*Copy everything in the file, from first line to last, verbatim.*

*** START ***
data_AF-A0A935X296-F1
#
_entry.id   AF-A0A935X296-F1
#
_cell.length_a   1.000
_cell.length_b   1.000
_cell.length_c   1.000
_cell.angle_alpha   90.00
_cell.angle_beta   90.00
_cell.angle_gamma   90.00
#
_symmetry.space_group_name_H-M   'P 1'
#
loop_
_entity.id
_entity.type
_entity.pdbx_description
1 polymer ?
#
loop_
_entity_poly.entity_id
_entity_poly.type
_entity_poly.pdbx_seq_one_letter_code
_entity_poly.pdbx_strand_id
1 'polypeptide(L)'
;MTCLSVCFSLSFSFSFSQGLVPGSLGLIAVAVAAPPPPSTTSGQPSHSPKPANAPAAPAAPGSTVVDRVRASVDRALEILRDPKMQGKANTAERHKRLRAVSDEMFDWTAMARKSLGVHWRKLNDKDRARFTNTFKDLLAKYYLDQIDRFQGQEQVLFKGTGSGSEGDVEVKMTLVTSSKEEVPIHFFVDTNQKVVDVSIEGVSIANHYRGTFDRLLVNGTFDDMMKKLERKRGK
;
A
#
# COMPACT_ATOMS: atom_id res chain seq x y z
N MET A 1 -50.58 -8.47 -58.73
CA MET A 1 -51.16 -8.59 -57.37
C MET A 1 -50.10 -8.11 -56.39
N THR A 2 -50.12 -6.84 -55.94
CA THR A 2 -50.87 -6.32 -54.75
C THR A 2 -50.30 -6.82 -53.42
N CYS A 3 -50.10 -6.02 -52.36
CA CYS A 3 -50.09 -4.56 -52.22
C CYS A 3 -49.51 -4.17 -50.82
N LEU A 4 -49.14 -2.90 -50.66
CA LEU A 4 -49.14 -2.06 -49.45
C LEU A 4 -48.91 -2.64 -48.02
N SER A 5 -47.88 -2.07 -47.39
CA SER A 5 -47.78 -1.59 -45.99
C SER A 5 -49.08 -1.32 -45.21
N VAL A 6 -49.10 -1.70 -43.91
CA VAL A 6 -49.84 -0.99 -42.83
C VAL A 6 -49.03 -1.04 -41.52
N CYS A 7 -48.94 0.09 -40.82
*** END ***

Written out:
data_AF-A0A935X296-F1
#
_entry.id   AF-A0A935X296-F1
#
_cell.length_a   1.000
_cell.length_b   1.000
_cell.length_c   1.000
_cell.angle_alpha   90.00
_cell.angle_beta   90.00
_cell.angle_gamma   90.00
#
_symmetry.space_group_name_H-M   'P 1'
#
loop_
_entity.id
_entity.type
_entity.pdbx_description
1 polymer ?
#
loop_
_entity_poly.entity_id
_entity_poly.type
_entity_poly.pdbx_seq_one_letter_code
_entity_poly.pdbx_strand_id
1 'polypeptide(L)'
;MTCLSVCFSLSFSFSFSQGLVPGSLGLIAVAVAAPPPPSTTSGQPSHSPKPANAPAAPAAPGSTVVDRVRASVDRALEILRDPKMQGKANTAERHKRLRAVSDEMFDWTAMARKSLGVHWRKLNDKDRARFTNTFKDLLAKYYLDQIDRFQGQEQVLFKGTGSGSEGDVEVKMTLVTSSKEEVPIHFFVDTNQKVVDVSIEGVSIANHYRGTFDRLLVNGTFDDMMKKLERKRGK
;
A
#
# COMPACT_ATOMS: atom_id res chain seq x y z
N MET A 1 -50.58 -8.47 -58.73
CA MET A 1 -51.16 -8.59 -57.37
C MET A 1 -50.10 -8.11 -56.39
N THR A 2 -50.12 -6.84 -55.94
CA THR A 2 -50.87 -6.32 -54.75
C THR A 2 -50.30 -6.82 -53.42
N CYS A 3 -50.10 -6.02 -52.36
CA CYS A 3 -50.09 -4.56 -52.22
C CYS A 3 -49.51 -4.17 -50.82
N LEU A 4 -49.14 -2.90 -50.66
CA LEU A 4 -49.14 -2.06 -49.45
C LEU A 4 -48.91 -2.64 -48.02
N SER A 5 -47.88 -2.07 -47.39
CA SER A 5 -47.78 -1.59 -45.99
C SER A 5 -49.08 -1.32 -45.21
N VAL A 6 -49.10 -1.70 -43.91
CA VAL A 6 -49.84 -0.99 -42.83
C VAL A 6 -49.03 -1.04 -41.52
N CYS A 7 -48.94 0.09 -40.82